BEHAVIOR
March 22, 2016

You Call That Teamwork?

When we work with others, each of us tends to over-estimate our contribution and under-estimate everyone else's.

If you ask everyone on a team how much they're contributing and total all its members' responses, it will probably come out to over 100%. That's because we have a nearly-universal tendency to exaggerate how much we have contributed to a project compared to other members of a group.

Understanding our tendency to over-value our own efforts and under-value those of others has the potential to improve not only relations with co-workers, but also the productivity of work teams.

People can get very upset when they feel their colleagues are taking credit for more work than they really do. Yes, there are people who do this because it's easier than actually doing the work, but this study suggests that much of it is unintentional.

If you are working as part of a team — and nearly all of us are at some time or another — your teammates are probably accomplishing a lot more than you give them credit for. And the bigger the team, the more likely you are to underestimate the contributions of the other people, according to a new study from the University of California at Berkeley's Haas School of Business.

Almost 700 MBA students, people you wouldn't normally expect to be math-challenged, were asked how much work each contributed to their study group. Their totals consistently came to over 100%. In groups with eight or more members, totals exceeded 140%.

Some of this can be chalked up to ego. People naturally tend to focus on their own accomplishments. But the researchers found that the larger the group, the harder it is to accurately take into account everyone's contribution, to wrap your mind around the whole project, so to speak.

There was nothing to be gained by the students intentionally over-claiming their contribution to the group. It just happened naturally. “People were surprised about the extent that over-claiming occurs. They think their reporting is accurate,” said Juliana Schroeder, the study's lead author, in a statement.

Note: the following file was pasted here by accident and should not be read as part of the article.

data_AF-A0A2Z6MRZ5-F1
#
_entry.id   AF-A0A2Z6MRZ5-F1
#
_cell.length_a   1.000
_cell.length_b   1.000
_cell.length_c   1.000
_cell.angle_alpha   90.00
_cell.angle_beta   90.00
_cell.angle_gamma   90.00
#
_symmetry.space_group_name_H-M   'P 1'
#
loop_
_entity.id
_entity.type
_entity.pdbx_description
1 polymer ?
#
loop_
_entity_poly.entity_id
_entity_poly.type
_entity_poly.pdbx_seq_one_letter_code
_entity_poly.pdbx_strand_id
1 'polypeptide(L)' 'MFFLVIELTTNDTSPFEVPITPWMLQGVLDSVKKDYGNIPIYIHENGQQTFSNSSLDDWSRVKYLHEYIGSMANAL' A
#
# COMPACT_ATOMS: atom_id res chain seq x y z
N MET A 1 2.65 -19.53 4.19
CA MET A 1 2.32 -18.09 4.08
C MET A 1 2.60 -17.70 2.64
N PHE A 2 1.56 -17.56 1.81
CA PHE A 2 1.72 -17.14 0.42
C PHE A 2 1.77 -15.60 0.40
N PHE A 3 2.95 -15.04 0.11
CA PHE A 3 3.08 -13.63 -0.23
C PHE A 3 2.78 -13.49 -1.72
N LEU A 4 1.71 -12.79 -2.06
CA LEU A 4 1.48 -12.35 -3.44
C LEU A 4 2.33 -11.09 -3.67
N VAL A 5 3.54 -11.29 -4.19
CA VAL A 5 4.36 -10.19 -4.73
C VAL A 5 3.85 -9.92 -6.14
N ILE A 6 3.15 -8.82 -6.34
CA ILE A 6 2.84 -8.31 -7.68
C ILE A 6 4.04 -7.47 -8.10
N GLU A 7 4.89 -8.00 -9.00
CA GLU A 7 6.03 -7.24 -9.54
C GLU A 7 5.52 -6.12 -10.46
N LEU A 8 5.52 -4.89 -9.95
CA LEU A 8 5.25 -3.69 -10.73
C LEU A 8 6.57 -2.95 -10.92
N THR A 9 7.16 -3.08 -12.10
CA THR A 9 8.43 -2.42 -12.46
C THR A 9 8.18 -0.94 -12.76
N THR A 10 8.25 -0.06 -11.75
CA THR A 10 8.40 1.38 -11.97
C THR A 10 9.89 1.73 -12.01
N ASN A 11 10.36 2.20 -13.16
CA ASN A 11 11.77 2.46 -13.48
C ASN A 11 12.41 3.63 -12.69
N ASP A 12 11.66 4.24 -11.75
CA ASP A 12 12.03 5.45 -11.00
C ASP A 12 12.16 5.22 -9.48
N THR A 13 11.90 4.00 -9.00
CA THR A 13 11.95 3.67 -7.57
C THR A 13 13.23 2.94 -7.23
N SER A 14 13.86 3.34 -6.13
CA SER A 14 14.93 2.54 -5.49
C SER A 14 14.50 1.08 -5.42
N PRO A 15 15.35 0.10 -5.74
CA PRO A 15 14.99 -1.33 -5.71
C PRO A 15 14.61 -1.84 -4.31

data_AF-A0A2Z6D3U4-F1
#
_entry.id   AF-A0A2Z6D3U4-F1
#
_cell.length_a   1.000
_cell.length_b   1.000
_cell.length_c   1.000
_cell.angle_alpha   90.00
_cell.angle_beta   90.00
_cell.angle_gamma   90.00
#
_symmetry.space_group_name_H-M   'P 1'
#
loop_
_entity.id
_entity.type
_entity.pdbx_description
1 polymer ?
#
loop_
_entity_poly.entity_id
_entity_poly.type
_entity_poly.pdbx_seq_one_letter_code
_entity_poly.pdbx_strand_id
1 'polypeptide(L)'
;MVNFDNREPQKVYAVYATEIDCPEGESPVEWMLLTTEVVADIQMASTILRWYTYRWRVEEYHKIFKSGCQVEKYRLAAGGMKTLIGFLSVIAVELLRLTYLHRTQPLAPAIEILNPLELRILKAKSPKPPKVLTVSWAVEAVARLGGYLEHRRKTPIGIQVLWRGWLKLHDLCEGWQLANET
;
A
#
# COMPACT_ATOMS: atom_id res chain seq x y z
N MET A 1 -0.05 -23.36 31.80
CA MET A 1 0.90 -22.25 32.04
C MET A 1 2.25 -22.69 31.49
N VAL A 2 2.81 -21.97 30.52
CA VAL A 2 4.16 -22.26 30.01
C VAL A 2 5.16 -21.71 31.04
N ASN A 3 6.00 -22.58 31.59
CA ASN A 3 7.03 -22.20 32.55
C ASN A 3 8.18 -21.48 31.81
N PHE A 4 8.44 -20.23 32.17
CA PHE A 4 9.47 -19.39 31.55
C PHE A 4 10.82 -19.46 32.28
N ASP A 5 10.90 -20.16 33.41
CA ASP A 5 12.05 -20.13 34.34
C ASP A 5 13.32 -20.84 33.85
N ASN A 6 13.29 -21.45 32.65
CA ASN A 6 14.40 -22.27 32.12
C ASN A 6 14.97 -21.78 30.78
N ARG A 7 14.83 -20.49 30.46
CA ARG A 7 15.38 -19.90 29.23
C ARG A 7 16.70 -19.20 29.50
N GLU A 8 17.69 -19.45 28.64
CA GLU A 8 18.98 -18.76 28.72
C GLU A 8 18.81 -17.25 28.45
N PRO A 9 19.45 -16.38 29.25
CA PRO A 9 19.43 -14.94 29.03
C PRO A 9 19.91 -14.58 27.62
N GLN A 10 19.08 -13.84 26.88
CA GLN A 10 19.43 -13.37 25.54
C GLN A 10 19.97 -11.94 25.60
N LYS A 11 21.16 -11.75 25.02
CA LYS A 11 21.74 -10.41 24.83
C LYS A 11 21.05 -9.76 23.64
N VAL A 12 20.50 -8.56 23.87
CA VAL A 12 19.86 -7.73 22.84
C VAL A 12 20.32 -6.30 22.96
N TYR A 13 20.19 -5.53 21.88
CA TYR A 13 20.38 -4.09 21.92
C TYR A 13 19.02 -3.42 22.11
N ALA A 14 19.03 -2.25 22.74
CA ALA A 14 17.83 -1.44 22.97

The study found similar results when researchers asked authors of academic papers how much each contributed to the paper. The more authors, the more apparent over-claiming there was. Two other experiments that looked at what happens when you directly change the size of a group found the same effect.

Schroeder suggests ways to reduce over-claiming: “When you have large groups, you might want to consider breaking down the group into smaller teams,” she says. “It is also important to make the workflow very clear. If assignments are clearly divided, it's easier for people to remember who is doing what.”

People can get very upset when they feel their colleagues are taking credit for more work than they really do. Yes, there are people who do this because it's easier than actually doing the work, but this study suggests that much of it is unintentional. Yet those who feel like they have contributed more than others (nearly everyone) are quite likely to be disappointed by the recognition they receive.

Schroeder suggests that people might want to think of other's contributions before thinking of their own. That should help combat the natural tendency towards egocentrism. While it might stop people from giving themselves a big hand, it's also likely to give them a clearer idea of the project's big picture.

The study appears in the Journal of Experimental Psychology: Applied.

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